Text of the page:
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Zoë Wicomb’s October Launched at The Book Lounge with Desiree Lewis

 
The launch last week of Zoë Wicomb’s latest novel, October, was a remarkable event. A fascinating dialogue between the author and UWC’s Head of Department (Women and Gender Studies), Desiree Lewis, commenced the evening. This was followed by a reading from the novel, after which a public Q&A session – where the use of ethnic terminology was debated, among other things – concluded events.

Nuruddin Farah and Zoë WicombOctoberDesiree Lewis commenced by reflecting on the concept and meaning of autobiography. She observed that this was one of the most autobiographical of Wicomb’s works. She observed some direct correspondences between the central character, Mercia, and the author who moved between Namaqualand and Scotland, and who works as a senior lecturer. “We all know that autobiography is itself a fiction that you can never pin down, it’s not just an author’s piece of life,” she said and commented on the critical and mocking references to autobiography in the book.

The author said the question reminded her of an occasion when she was presenting You Can’t Get Lost in Cape Town in Switzerland: a woman in the audience was hopping up and down, so eager was she to know how the author had lost so much weight. “Because the central character is fat,” said Wicomb, “she assumed that character was me and I had, in the mean time, been on a crash diet. Did I have any helpful tips?”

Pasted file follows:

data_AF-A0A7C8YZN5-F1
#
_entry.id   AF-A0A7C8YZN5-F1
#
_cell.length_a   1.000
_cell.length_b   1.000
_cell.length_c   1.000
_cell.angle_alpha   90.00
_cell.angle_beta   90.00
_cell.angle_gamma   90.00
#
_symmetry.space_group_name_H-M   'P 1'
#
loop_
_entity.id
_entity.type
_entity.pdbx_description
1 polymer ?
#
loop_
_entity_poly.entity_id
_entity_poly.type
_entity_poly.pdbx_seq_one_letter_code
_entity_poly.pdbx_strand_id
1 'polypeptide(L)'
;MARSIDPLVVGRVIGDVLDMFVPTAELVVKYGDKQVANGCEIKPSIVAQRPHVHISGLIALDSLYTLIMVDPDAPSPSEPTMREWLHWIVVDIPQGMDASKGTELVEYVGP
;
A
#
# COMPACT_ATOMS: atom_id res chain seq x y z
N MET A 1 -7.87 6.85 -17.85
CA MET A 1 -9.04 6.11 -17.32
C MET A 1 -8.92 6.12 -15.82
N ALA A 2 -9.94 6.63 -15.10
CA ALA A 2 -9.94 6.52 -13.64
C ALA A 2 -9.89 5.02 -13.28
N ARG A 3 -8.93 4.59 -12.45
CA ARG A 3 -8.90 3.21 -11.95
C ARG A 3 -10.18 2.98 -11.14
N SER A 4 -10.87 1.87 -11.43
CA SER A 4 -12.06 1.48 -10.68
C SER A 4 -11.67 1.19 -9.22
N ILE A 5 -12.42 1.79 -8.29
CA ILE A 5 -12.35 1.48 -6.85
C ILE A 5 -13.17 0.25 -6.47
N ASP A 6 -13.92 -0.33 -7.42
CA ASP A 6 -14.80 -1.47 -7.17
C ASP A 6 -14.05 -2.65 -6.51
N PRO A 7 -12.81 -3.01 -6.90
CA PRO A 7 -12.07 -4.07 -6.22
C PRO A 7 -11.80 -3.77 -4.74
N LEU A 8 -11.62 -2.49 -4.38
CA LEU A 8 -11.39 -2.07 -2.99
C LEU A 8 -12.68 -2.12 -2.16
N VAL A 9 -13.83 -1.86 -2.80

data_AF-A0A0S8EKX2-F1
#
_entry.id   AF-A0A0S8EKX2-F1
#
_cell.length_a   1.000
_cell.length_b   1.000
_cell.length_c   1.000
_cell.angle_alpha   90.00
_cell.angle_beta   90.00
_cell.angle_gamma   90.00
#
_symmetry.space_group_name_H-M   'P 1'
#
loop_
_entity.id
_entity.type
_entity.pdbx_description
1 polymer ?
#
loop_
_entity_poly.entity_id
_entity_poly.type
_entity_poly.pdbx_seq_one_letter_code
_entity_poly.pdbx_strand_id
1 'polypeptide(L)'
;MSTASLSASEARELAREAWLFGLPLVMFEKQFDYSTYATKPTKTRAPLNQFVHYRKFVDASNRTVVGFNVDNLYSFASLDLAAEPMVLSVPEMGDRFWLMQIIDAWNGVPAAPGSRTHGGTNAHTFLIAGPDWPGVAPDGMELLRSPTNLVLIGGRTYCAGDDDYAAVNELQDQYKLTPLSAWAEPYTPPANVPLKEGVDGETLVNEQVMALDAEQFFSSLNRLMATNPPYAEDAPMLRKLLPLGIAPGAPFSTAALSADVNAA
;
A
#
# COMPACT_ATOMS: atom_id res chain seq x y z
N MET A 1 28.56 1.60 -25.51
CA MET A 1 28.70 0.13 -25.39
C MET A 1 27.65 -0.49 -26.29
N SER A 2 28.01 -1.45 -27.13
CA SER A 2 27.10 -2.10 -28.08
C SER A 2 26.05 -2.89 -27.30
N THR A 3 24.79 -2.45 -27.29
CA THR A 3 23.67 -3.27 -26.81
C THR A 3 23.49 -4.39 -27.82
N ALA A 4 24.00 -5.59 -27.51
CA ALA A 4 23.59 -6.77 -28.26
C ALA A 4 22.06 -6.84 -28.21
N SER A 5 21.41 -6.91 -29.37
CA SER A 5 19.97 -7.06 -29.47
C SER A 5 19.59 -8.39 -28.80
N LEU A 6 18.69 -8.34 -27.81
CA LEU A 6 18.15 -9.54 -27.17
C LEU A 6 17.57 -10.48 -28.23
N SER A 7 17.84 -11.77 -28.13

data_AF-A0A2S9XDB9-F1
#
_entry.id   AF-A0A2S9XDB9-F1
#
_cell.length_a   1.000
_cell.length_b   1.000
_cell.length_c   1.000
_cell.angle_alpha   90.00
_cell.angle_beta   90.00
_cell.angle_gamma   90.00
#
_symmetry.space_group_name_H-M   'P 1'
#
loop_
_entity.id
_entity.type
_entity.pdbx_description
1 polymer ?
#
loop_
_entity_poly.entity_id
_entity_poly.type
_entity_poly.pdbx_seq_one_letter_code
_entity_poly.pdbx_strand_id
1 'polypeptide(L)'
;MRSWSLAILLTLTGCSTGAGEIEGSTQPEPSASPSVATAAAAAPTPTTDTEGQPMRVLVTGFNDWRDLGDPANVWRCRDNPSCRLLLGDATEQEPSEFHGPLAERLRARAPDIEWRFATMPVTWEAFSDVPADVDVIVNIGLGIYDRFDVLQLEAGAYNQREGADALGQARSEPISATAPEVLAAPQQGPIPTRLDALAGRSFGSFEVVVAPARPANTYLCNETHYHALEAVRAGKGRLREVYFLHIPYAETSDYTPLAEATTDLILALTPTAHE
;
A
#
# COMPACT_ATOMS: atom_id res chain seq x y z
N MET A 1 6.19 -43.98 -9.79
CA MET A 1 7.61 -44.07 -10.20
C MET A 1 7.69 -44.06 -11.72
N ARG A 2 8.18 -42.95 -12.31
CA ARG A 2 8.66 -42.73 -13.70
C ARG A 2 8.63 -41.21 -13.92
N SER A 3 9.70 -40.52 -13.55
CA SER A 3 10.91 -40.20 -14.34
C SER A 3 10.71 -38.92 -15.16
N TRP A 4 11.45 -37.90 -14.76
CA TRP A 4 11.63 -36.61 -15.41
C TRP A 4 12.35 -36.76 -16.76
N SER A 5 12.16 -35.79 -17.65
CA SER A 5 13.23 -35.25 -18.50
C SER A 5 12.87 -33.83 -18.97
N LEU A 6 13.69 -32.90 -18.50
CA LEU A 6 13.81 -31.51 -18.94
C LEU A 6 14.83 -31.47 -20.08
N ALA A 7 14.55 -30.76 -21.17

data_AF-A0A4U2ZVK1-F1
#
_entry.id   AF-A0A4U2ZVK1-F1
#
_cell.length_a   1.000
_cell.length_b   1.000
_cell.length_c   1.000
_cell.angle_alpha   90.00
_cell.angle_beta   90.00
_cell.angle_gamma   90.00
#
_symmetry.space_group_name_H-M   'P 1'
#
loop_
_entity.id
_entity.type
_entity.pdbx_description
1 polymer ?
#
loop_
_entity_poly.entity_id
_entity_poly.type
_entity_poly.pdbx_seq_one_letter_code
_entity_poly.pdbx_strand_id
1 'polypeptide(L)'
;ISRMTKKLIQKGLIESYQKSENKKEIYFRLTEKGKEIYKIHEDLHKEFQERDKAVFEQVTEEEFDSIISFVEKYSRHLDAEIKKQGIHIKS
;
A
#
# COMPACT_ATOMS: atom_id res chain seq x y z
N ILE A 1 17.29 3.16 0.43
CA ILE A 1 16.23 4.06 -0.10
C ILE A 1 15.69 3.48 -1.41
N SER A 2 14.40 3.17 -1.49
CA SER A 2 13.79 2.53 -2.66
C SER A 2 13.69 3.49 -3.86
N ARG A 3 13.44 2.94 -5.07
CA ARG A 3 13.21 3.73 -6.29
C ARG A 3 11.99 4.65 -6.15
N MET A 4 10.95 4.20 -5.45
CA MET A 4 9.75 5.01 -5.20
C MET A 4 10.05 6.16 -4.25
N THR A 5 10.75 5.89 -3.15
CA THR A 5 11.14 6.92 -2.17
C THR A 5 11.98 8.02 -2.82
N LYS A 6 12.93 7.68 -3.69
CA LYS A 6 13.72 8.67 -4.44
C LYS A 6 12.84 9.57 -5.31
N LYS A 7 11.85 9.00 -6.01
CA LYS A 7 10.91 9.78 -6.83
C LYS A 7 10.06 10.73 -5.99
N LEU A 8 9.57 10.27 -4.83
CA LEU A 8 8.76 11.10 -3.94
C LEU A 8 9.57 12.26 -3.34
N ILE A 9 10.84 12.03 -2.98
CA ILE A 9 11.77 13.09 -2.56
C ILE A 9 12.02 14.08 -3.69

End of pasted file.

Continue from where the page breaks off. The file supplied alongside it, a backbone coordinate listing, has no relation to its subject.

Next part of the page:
What struck Wicomb at the reception of her first book was the sense that people would read her writing as autobiography. “So I flirted with the autobiography! The fact is that in that book the girl’s mother is dead at the beginning of the book and alive at the end. I do not have a mother whom I have resurrected!”

Pondering the topic further, she said October was definitely not autobiography. “There are some really horrible things in it. I’d never do those things… though I wouldn’t put it past me.” One of the things that made it easier for Wicomb to write the book was to make Mercia unlike her. “I hope she’s not like me. I don’t like her very much, but the accidents of her condition (she is an academic) I used that not just because I don’t have to research what academics do, but because I wanted her to be a writer – not of fiction but of critical stuff.”

The conversation turned to the trope of “home”. Wicomb said she had wanted to title the novel Home, but no publisher would permit that, in particular, she commented wrily, as Marilynne Robinson’s Home and Toni Morrison’s Home had preceded hers!

She also covered the topic of originality, fiercely claiming that she was not “original”. She referred to Adam Small’s Kanna hy ko hystoe as a play about deracination, and the kind of people she writes about, the country in relation to the metropolis.

Those who attended were given much to contemplate. Those who bought the book, went home with an added insight into the heart and mind of the author, who is undoubtedly a tour de force.

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Liesl Jobson tweeted live from the event using the hashtag #livebooks

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